Things are understandably looking dim when studying the Philadelphia Eagles.
They’re a winless team that is coming off a disappointing tie to the lowly Cincinnati Bengals and next have the defending NFC-champion — albeit shorthanded — San Francisco 49ers on Sunday afternoon.
Carson Wentz is playing some of the worst football of his career, his options of targets on the outside are constantly rotating and always thin, and the defense has been unable to string together a full 60-minute effort.
Yet, head coach Doug Pederson has remained positive and upbeat despite his 0-2-1 squad wallowing in one of their worst starts in 21 years.
“Listen, short season, we’ve played three games, hasn’t been our best,” he said. “We’re excited about this opportunity. It’s another week to get better as a team.”
But what does one say to a team that has been overwhelmingly underperforming?
“I think, for me, as the head coach, I think you have to show the good, the bad, the ugly, but at the same time, I think you have keep your goals right in front of the team,” Pederson said. “You have to keep the reality of, this is where we are and who we are, but at the same time, we’re close, and we’re not far away. So all that messaging, for me, is something that I spend quite a bit of time thinking about as I approach team meetings with the guys.”
Working in such a demanding market like Philadelphia though, Pederson has been aware of his team’s perception from the fan base.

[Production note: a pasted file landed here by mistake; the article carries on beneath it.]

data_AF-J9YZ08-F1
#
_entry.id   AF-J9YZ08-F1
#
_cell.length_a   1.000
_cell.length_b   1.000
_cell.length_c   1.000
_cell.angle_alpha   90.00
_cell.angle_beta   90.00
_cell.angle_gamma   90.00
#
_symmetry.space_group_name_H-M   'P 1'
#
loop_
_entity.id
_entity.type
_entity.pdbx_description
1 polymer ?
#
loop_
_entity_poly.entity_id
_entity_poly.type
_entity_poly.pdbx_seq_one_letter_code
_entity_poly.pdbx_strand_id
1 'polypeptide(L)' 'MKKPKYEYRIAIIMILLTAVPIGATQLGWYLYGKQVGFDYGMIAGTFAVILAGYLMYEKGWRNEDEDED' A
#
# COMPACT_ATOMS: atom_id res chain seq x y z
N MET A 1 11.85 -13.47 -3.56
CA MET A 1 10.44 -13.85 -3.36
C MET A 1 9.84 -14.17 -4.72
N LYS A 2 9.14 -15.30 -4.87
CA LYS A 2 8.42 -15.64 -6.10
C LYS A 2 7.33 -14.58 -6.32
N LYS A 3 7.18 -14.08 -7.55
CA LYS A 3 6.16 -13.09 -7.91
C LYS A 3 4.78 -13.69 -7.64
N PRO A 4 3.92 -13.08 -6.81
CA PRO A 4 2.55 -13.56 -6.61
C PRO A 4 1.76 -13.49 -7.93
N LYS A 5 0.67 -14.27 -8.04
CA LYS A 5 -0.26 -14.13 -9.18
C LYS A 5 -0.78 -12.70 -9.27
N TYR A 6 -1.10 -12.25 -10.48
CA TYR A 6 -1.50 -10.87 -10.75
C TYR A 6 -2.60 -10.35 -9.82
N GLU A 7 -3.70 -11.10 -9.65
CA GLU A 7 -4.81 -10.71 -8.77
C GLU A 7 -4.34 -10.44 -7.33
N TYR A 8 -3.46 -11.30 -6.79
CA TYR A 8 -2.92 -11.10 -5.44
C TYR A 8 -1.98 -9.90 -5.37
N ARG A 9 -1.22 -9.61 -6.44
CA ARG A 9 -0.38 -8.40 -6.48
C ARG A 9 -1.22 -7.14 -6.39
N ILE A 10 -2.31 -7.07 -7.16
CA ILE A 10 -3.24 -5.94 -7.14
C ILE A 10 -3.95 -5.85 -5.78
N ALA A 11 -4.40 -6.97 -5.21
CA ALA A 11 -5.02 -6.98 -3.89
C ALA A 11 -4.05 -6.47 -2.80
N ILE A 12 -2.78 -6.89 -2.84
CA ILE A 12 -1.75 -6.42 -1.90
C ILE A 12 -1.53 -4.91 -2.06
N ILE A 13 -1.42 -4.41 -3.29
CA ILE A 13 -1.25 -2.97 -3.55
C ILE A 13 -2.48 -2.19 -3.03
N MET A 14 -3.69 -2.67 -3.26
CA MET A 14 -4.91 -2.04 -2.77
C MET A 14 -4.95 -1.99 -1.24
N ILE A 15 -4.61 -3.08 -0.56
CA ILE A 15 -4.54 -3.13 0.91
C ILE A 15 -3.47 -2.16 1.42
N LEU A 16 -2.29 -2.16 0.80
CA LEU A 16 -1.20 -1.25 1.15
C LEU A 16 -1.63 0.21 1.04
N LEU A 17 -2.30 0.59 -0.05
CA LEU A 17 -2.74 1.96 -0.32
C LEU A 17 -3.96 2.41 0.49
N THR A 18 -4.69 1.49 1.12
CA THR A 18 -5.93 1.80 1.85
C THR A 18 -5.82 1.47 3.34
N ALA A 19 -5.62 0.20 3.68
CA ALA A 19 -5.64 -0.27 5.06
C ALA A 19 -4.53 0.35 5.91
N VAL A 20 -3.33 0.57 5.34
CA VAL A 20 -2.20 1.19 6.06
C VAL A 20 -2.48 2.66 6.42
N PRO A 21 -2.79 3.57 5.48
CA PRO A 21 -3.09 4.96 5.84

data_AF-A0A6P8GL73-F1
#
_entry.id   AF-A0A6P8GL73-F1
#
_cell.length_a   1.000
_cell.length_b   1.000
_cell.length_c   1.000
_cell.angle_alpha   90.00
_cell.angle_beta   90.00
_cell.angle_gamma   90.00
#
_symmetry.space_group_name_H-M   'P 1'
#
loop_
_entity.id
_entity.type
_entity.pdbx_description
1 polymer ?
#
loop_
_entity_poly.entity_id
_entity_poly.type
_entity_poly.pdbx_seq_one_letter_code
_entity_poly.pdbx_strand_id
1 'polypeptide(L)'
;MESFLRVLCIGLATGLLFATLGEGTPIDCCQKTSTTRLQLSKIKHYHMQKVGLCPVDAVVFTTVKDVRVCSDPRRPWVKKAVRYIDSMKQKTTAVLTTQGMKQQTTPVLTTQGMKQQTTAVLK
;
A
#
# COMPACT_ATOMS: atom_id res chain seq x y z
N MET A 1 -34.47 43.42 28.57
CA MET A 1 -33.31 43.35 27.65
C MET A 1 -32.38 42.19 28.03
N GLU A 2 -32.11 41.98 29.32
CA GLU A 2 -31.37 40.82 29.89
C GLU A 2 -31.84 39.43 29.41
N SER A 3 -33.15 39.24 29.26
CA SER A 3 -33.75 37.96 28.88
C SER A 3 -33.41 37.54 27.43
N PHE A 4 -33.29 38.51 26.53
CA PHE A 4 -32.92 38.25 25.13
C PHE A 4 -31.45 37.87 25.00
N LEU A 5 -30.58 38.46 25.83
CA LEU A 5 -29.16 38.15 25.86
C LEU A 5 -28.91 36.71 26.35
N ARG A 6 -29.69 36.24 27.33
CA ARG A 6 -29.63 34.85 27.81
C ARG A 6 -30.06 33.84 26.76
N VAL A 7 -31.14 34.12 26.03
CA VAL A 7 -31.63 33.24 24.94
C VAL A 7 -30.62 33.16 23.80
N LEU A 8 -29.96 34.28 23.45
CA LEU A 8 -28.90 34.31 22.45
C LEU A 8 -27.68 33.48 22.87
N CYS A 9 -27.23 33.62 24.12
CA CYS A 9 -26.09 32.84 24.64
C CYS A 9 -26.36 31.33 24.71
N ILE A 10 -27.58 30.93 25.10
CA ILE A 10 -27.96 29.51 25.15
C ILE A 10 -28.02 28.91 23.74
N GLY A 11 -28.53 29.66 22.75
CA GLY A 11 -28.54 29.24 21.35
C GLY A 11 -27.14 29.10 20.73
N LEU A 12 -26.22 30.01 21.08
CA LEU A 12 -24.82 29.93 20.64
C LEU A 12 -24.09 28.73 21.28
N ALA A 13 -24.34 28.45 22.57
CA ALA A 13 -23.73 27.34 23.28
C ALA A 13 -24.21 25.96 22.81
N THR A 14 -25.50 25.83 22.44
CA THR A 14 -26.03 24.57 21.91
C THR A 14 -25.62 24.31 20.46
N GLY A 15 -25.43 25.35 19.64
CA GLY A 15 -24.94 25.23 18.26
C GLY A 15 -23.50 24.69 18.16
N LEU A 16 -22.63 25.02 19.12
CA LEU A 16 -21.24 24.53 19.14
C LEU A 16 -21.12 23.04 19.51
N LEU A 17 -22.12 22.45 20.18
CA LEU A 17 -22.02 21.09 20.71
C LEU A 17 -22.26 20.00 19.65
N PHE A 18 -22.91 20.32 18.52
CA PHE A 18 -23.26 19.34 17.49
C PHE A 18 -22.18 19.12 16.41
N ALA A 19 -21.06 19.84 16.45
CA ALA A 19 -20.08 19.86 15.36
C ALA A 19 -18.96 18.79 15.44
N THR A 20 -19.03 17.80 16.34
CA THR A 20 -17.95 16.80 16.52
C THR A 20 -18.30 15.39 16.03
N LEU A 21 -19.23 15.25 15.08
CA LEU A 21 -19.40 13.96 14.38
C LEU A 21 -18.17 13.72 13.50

“Look, we love our fans, and nobody’s satisfied. The fans aren’t, I’m not, the players aren’t,” he said. “Nobody’s satisfied with where we are. Even if we were 3-0, you guys wouldn’t be satisfied. So we’re still working every single day to get better.”
“My concern is about the guys in the locker room, getting them prepared to play, taking our bubble across [the] country and protecting our guys and competing.”
What’s been more concerning, however, is the play of Wentz, who has thrown six interceptions over his first three games of the season after throwing just seven all of last year. His inability to get it going is one of the main reasons why the Eagles’ passing offense is near the very bottom of the NFL.
And while Pederson didn’t show much confidence in Wentz during the Eagles’ final drive in overtime against the Bengals, his tune changed ahead of their Sunday-night tilt in San Francisco.
“My confidence level’s extremely high, and it hasn’t changed,” Pederson said. “I just know who Carson is. I know the type of worker he is, I know how he approaches the game, prepares each week, and so listen, he and I are in this thing together, right, and so my confidence level is hey, I want to put the ball in his hands. It’s a great opportunity for us when the ball is in Carson Wentz’s hands because anything and everything can happen.”
That won’t do much to quiet the handful of supporters who are campaigning for rookie Jalen Hurts to get a consistent look under center if Wentz continues to struggle. Such sentiments, however, seem a bit harsh to Pederson.
“Listen, I can’t speak for the outside world,” Pederson said. “I mean, I guess I can sort of visualize. Your quarterback doesn’t play well, so let’s speculate that confidence has gotta be low. Well, that’s fine. That’s a visual thing, and it might be right… But I just know who Carson is. I just know the guys around him. I know this team. They’re excited about this week to get back out on the practice field and prepare for San Fran.”